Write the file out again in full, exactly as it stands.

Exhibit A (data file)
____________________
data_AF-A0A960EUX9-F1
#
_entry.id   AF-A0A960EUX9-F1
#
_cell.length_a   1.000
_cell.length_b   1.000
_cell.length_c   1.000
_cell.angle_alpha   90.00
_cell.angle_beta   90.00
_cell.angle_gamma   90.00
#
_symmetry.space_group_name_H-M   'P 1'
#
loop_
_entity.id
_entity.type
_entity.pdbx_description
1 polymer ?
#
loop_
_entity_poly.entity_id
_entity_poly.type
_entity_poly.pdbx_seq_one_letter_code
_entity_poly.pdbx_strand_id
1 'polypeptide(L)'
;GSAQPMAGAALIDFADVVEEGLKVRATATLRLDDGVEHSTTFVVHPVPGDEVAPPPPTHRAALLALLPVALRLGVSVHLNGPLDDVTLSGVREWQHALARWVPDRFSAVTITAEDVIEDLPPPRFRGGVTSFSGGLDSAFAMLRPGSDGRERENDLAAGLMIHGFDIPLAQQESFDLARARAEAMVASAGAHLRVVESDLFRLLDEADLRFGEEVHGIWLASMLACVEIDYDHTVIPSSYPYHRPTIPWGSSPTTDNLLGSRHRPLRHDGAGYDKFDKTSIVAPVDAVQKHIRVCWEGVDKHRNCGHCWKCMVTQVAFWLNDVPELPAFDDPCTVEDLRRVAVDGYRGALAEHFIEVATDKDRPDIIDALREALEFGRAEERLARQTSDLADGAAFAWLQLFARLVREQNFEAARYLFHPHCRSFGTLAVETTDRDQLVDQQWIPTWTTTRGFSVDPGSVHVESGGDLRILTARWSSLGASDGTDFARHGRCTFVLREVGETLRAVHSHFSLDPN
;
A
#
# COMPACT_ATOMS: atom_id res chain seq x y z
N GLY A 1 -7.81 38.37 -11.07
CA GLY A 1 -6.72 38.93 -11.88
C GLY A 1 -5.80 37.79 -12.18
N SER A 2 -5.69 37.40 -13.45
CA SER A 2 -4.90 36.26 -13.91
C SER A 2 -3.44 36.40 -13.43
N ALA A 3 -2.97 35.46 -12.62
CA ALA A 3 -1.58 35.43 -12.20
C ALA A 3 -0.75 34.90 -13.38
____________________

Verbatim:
data_AF-A0A960EUX9-F1
#
_entry.id   AF-A0A960EUX9-F1
#
_cell.length_a   1.000
_cell.length_b   1.000
_cell.length_c   1.000
_cell.angle_alpha   90.00
_cell.angle_beta   90.00
_cell.angle_gamma   90.00
#
_symmetry.space_group_name_H-M   'P 1'
#
loop_
_entity.id
_entity.type
_entity.pdbx_description
1 polymer ?
#
loop_
_entity_poly.entity_id
_entity_poly.type
_entity_poly.pdbx_seq_one_letter_code
_entity_poly.pdbx_strand_id
1 'polypeptide(L)'
;GSAQPMAGAALIDFADVVEEGLKVRATATLRLDDGVEHSTTFVVHPVPGDEVAPPPPTHRAALLALLPVALRLGVSVHLNGPLDDVTLSGVREWQHALARWVPDRFSAVTITAEDVIEDLPPPRFRGGVTSFSGGLDSAFAMLRPGSDGRERENDLAAGLMIHGFDIPLAQQESFDLARARAEAMVASAGAHLRVVESDLFRLLDEADLRFGEEVHGIWLASMLACVEIDYDHTVIPSSYPYHRPTIPWGSSPTTDNLLGSRHRPLRHDGAGYDKFDKTSIVAPVDAVQKHIRVCWEGVDKHRNCGHCWKCMVTQVAFWLNDVPELPAFDDPCTVEDLRRVAVDGYRGALAEHFIEVATDKDRPDIIDALREALEFGRAEERLARQTSDLADGAAFAWLQLFARLVREQNFEAARYLFHPHCRSFGTLAVETTDRDQLVDQQWIPTWTTTRGFSVDPGSVHVESGGDLRILTARWSSLGASDGTDFARHGRCTFVLREVGETLRAVHSHFSLDPN
;
A
#
# COMPACT_ATOMS: atom_id res chain seq x y z
N GLY A 1 -7.81 38.37 -11.07
CA GLY A 1 -6.72 38.93 -11.88
C GLY A 1 -5.80 37.79 -12.18
N SER A 2 -5.69 37.40 -13.45
CA SER A 2 -4.90 36.26 -13.91
C SER A 2 -3.44 36.40 -13.43
N ALA A 3 -2.97 35.46 -12.62
CA ALA A 3 -1.58 35.43 -12.20
C ALA A 3 -0.75 34.90 -13.38